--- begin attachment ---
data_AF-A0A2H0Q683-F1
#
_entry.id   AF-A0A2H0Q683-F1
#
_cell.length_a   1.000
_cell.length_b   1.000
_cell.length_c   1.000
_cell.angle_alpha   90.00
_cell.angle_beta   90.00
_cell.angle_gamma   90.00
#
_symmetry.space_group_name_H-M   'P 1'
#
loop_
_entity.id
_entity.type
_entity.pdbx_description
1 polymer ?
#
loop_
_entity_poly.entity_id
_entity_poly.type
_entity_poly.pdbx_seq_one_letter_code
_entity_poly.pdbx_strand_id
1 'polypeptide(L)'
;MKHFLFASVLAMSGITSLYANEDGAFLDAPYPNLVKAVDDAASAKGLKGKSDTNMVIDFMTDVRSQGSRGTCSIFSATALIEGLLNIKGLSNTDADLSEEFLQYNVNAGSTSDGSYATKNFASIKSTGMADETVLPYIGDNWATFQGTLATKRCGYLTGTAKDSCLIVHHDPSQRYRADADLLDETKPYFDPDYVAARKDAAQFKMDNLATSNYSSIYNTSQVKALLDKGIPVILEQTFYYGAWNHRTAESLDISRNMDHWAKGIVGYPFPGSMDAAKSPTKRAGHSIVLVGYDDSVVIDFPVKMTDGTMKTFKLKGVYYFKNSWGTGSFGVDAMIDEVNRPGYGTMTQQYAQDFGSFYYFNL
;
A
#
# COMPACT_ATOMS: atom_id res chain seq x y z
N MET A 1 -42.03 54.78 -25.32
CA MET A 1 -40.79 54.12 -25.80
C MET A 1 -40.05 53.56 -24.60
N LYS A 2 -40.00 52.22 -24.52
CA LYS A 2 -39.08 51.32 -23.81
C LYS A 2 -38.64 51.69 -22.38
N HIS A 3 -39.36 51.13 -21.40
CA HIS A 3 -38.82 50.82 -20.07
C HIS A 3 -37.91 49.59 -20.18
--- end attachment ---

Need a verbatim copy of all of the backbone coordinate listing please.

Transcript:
data_AF-A0A2H0Q683-F1
#
_entry.id   AF-A0A2H0Q683-F1
#
_cell.length_a   1.000
_cell.length_b   1.000
_cell.length_c   1.000
_cell.angle_alpha   90.00
_cell.angle_beta   90.00
_cell.angle_gamma   90.00
#
_symmetry.space_group_name_H-M   'P 1'
#
loop_
_entity.id
_entity.type
_entity.pdbx_description
1 polymer ?
#
loop_
_entity_poly.entity_id
_entity_poly.type
_entity_poly.pdbx_seq_one_letter_code
_entity_poly.pdbx_strand_id
1 'polypeptide(L)'
;MKHFLFASVLAMSGITSLYANEDGAFLDAPYPNLVKAVDDAASAKGLKGKSDTNMVIDFMTDVRSQGSRGTCSIFSATALIEGLLNIKGLSNTDADLSEEFLQYNVNAGSTSDGSYATKNFASIKSTGMADETVLPYIGDNWATFQGTLATKRCGYLTGTAKDSCLIVHHDPSQRYRADADLLDETKPYFDPDYVAARKDAAQFKMDNLATSNYSSIYNTSQVKALLDKGIPVILEQTFYYGAWNHRTAESLDISRNMDHWAKGIVGYPFPGSMDAAKSPTKRAGHSIVLVGYDDSVVIDFPVKMTDGTMKTFKLKGVYYFKNSWGTGSFGVDAMIDEVNRPGYGTMTQQYAQDFGSFYYFNL
;
A
#
# COMPACT_ATOMS: atom_id res chain seq x y z
N MET A 1 -42.03 54.78 -25.32
CA MET A 1 -40.79 54.12 -25.80
C MET A 1 -40.05 53.56 -24.60
N LYS A 2 -40.00 52.22 -24.52
CA LYS A 2 -39.08 51.32 -23.81
C LYS A 2 -38.64 51.69 -22.38
N HIS A 3 -39.36 51.13 -21.40
CA HIS A 3 -38.82 50.82 -20.07
C HIS A 3 -37.91 49.59 -20.18